|1 October 2009
GSA Release No. 09-48
Director of Education, Communication, & Outreach
October 2009 Geosphere Highlights
Boulder, CO, USA - The October GEOSPHERE is now online. Articles deal with the composition and character of Earth's crust, documenting and analyzing "the birthplace of a new subduction zone" in Fiordland, southwest New Zealand; following eclogites through serpentinite channels from subducted ocean crust to Earth's surface; and using multiple approaches to illuminate the nature of the Yukon-Tanana terrane, including finding that it represents predominantly crustal recycling with only minor new, juvenile crustal growth.
Highlights are provided below. Review abstracts for these articles at http://geosphere.gsapubs.org/.
Representatives of the media may obtain complementary copies of GEOSPHERE articles by contacting Christa Stratton at the address above. Please discuss articles of interest with the authors before publishing stories on their work, and please make reference to GEOSPHERE in articles published. Contact Christa Stratton for additional information or assistance.
Non-media requests for articles may be directed to GSA Sales and Service, .
Regional exhumation history of brittle crust during subduction initiation, Fiordland, southwest New Zealand, and implications for thermochronologic sampling and analysis strategies
Rupert Sutherland et al., GNS Science (Institute of Geological and Nuclear Sciences), P.O. Box 30-368, Lower Hutt, New Zealand.
Sutherland et al. present an unusually large and varied dataset used to determine the history of growth and erosion of an active mountain belt in Fiordland, southwest New Zealand. The location is unique because it is the birth place of a new subduction zone - a place where one tectonic plate is starting to sink beneath another. Subduction zones provide most of the forces that pull plates around and move continents, but their destructive nature, which includes earthquakes, volcanoes, and the erosion of mountains, means that evidence about how they form is not usually preserved. For the first time, this study allows the pattern and timing of subduction birth to be tracked and understood. Another interesting outcome of the study is that it shows there to be many fractures and faults, and the study suggest that the crushed rock is pushed up into mountains by movement on these fractures. Conventional methods for analyzing uplift have not previously considered this "geological noise."
Geochemical evidence for exhumation of eclogite via serpentinite channels in ocean-continent subduction zones
Ulyana Horodyskyj et al., Dept. of Earth Science, MS-126, Rice University, 6100 Main St., Houston, Texas 77005, USA
Oceanic crust subducts back into the mantle, but occasionally fragments of this material come back to the surface in the form of garnet-pyroxene rocks called eclogites. How these fragments come back to the surface has remained a mystery. This paper provides one little step toward solving this mystery. It shows that these eclogites have chemical signatures inherited from hydrated mantle rocks, called serpentinite (California's state rock). The authors interpreted this signature as circumstantial evidence that the eclogites were carried to the surface by serpentinite channels, perhaps aided by the fact that serpentinite is a very low-density rock and therefore has the propensity to rise buoyantly to the Earth's surface.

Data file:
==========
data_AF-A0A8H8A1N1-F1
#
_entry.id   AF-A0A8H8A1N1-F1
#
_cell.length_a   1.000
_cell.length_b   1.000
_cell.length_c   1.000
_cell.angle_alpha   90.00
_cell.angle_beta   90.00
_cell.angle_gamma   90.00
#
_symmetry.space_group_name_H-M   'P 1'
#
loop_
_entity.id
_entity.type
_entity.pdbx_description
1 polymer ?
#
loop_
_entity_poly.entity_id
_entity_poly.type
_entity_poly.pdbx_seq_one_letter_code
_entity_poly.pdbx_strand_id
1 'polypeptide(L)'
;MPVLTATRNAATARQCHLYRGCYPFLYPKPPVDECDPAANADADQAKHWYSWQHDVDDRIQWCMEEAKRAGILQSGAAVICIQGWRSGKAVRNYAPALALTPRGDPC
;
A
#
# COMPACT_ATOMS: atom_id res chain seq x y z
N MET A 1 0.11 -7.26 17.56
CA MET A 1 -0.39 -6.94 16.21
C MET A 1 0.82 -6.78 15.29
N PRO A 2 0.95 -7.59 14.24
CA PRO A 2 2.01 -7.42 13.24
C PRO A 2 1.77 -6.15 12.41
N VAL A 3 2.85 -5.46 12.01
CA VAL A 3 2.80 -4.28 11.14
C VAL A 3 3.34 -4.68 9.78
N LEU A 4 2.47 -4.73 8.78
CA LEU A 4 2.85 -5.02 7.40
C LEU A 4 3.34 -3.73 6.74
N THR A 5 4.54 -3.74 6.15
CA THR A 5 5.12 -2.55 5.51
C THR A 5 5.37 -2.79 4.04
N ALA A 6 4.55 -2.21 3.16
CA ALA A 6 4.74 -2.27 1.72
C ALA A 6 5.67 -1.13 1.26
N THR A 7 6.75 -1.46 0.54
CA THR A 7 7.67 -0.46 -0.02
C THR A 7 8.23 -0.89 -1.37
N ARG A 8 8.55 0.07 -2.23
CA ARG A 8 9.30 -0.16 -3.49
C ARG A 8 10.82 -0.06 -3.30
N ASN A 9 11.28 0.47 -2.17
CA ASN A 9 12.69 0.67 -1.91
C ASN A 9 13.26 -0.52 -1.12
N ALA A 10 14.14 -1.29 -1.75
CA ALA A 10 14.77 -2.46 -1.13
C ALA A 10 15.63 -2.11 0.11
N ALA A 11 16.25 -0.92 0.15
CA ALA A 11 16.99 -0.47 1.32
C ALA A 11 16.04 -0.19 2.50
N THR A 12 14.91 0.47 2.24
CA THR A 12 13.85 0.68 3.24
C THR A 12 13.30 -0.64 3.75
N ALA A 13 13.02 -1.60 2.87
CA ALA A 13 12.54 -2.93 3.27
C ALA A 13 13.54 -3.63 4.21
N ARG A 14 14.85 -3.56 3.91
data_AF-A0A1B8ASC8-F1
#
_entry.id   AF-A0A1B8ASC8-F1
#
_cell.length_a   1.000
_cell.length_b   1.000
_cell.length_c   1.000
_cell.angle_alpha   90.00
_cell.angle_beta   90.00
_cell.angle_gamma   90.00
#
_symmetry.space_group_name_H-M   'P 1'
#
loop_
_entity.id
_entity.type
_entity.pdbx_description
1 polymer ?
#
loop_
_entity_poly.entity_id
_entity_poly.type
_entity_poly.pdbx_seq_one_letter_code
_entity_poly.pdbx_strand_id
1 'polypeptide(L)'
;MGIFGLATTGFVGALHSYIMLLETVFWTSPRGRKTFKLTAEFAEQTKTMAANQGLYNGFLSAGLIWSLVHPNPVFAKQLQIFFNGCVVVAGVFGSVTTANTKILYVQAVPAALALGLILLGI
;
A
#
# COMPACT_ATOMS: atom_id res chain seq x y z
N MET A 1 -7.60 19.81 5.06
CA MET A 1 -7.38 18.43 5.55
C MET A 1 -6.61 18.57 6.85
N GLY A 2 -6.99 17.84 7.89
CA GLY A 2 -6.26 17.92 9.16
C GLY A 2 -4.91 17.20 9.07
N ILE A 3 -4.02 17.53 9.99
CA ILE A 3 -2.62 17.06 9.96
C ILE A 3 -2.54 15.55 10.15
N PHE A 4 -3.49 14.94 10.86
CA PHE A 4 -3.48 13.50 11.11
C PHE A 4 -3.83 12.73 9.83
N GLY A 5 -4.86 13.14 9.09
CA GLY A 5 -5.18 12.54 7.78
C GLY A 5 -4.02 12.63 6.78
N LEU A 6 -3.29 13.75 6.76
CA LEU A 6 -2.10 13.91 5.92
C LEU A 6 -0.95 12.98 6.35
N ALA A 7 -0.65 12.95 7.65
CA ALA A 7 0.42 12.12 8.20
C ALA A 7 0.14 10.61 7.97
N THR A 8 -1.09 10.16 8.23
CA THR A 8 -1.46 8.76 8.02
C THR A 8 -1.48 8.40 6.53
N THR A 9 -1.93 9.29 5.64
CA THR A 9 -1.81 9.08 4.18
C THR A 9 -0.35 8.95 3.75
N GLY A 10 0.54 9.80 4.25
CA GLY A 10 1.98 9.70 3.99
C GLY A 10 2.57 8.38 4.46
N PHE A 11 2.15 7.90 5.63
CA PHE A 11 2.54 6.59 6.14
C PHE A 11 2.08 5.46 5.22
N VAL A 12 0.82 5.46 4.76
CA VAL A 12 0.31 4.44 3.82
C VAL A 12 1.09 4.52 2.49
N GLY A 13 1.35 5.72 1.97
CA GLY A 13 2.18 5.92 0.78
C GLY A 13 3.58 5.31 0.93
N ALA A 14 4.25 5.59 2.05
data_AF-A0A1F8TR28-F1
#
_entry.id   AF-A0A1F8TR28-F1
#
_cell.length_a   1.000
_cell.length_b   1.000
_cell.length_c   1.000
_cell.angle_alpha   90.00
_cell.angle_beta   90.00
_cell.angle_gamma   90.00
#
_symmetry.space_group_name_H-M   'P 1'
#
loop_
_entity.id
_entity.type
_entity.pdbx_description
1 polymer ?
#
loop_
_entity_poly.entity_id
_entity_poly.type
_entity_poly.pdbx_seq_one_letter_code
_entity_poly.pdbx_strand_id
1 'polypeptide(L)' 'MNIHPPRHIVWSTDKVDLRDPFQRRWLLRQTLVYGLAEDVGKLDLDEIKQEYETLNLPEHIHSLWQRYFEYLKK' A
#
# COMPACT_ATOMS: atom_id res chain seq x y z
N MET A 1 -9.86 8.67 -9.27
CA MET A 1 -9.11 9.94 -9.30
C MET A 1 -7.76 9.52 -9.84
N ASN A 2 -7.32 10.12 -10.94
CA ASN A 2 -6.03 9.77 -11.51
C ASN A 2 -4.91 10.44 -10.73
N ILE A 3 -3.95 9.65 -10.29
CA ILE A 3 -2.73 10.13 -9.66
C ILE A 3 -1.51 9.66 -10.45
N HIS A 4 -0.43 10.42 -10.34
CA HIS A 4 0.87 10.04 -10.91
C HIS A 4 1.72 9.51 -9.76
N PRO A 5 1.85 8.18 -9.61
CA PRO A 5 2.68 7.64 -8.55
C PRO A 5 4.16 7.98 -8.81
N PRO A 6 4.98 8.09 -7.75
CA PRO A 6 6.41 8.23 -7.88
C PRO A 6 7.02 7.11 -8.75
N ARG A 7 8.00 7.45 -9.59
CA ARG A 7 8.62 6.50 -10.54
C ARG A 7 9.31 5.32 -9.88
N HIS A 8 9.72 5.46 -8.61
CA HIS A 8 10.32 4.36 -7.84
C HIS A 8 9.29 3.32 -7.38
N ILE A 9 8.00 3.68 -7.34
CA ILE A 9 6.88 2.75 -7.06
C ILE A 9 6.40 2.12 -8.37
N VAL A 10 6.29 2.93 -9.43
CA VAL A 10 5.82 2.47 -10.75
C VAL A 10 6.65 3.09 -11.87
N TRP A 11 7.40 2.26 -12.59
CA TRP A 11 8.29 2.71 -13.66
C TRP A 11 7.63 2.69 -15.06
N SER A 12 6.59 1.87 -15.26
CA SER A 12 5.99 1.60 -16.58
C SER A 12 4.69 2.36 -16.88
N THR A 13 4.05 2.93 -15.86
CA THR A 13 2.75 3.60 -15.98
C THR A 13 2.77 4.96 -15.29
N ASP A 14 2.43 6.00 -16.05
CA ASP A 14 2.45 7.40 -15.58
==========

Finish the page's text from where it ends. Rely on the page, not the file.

Composition and provenance of the Snowcap assemblage, basement to the Yukon-Tanana terrane, northern Cordillera: Implications for Cordilleran crustal growth
Stephen J. Piercey, SJPGeoConsulting, 11 First Avenue, St. John’s, Newfoundland A1B 1N3, Canada, and Dept. of Earth Sciences, Memorial University, St. John’s, Newfoundland A1N 3X5, Canada, and Mineral Exploration Research Centre, Department of Earth Sciences, Laurentian University, Sudbury, Ontario P3E 2C6, Canada; and Maurice Colpron
This paper is a field- and laboratory-based study that examines metamorphosed sedimentary rocks that formed the substrate to ~365 million year old volcanic rocks of the Yukon-Tanana terrane along the western edge of the ancient Pacific margin of North America. Despite forming along the ancient continental margin, there have been questions regarding the paleogeographic origin of the Yukon-Tanana terrane, specifically whether the terrane originally formed at northern versus southern latitudes along this margin. Field relationships, trace element geochemistry, radiogenic tracer isotopes, and detrital zircon U-Pb data illustrate that the terrane originated in northern latitudes close to its present position and did not form in southern latitudes and subsequently translate northwards. The paper also provides critical information regarding the crustal growth of the Cordilleran orogen, showing that the Yukon-Tanana terrane represents predominantly crustal recycling with only minor new, juvenile crustal growth.